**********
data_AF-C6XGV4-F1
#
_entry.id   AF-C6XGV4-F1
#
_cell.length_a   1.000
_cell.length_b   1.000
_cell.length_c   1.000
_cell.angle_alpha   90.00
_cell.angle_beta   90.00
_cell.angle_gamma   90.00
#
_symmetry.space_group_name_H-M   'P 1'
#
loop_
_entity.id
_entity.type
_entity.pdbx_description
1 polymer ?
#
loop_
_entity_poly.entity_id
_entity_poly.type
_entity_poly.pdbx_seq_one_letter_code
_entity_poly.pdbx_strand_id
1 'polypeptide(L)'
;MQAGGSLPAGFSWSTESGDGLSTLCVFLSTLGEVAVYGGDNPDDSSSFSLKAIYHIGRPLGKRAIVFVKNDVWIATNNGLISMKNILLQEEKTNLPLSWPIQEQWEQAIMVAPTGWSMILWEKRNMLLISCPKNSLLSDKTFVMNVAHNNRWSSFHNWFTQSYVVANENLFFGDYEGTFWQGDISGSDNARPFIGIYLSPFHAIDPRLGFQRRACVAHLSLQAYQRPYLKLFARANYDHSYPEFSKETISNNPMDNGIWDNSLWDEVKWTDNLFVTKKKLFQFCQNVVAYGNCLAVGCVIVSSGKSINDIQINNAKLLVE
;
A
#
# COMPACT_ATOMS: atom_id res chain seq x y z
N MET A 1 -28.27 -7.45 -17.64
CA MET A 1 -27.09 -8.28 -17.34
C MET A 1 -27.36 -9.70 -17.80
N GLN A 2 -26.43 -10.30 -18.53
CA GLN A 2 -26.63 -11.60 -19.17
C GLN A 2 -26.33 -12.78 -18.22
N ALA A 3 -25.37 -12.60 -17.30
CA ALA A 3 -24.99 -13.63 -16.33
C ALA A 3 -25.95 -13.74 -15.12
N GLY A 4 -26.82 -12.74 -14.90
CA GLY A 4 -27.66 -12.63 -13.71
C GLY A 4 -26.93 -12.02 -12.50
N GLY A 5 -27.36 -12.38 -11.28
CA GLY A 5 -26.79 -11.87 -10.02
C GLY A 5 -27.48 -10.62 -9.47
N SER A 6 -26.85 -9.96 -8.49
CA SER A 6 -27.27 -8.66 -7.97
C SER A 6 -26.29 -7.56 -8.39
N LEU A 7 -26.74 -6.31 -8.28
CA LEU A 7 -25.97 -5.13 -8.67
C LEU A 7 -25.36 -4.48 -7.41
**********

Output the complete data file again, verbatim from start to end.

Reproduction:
data_AF-C6XGV4-F1
#
_entry.id   AF-C6XGV4-F1
#
_cell.length_a   1.000
_cell.length_b   1.000
_cell.length_c   1.000
_cell.angle_alpha   90.00
_cell.angle_beta   90.00
_cell.angle_gamma   90.00
#
_symmetry.space_group_name_H-M   'P 1'
#
loop_
_entity.id
_entity.type
_entity.pdbx_description
1 polymer ?
#
loop_
_entity_poly.entity_id
_entity_poly.type
_entity_poly.pdbx_seq_one_letter_code
_entity_poly.pdbx_strand_id
1 'polypeptide(L)'
;MQAGGSLPAGFSWSTESGDGLSTLCVFLSTLGEVAVYGGDNPDDSSSFSLKAIYHIGRPLGKRAIVFVKNDVWIATNNGLISMKNILLQEEKTNLPLSWPIQEQWEQAIMVAPTGWSMILWEKRNMLLISCPKNSLLSDKTFVMNVAHNNRWSSFHNWFTQSYVVANENLFFGDYEGTFWQGDISGSDNARPFIGIYLSPFHAIDPRLGFQRRACVAHLSLQAYQRPYLKLFARANYDHSYPEFSKETISNNPMDNGIWDNSLWDEVKWTDNLFVTKKKLFQFCQNVVAYGNCLAVGCVIVSSGKSINDIQINNAKLLVE
;
A
#
# COMPACT_ATOMS: atom_id res chain seq x y z
N MET A 1 -28.27 -7.45 -17.64
CA MET A 1 -27.09 -8.28 -17.34
C MET A 1 -27.36 -9.70 -17.80
N GLN A 2 -26.43 -10.30 -18.53
CA GLN A 2 -26.63 -11.60 -19.17
C GLN A 2 -26.33 -12.78 -18.22
N ALA A 3 -25.37 -12.60 -17.30
CA ALA A 3 -24.99 -13.63 -16.33
C ALA A 3 -25.95 -13.74 -15.12
N GLY A 4 -26.82 -12.74 -14.90
CA GLY A 4 -27.66 -12.63 -13.71
C GLY A 4 -26.93 -12.02 -12.50
N GLY A 5 -27.36 -12.38 -11.28
CA GLY A 5 -26.79 -11.87 -10.02
C GLY A 5 -27.48 -10.62 -9.47
N SER A 6 -26.85 -9.96 -8.49
CA SER A 6 -27.27 -8.66 -7.97
C SER A 6 -26.29 -7.56 -8.39
N LEU A 7 -26.74 -6.31 -8.28
CA LEU A 7 -25.97 -5.13 -8.67
C LEU A 7 -25.36 -4.48 -7.41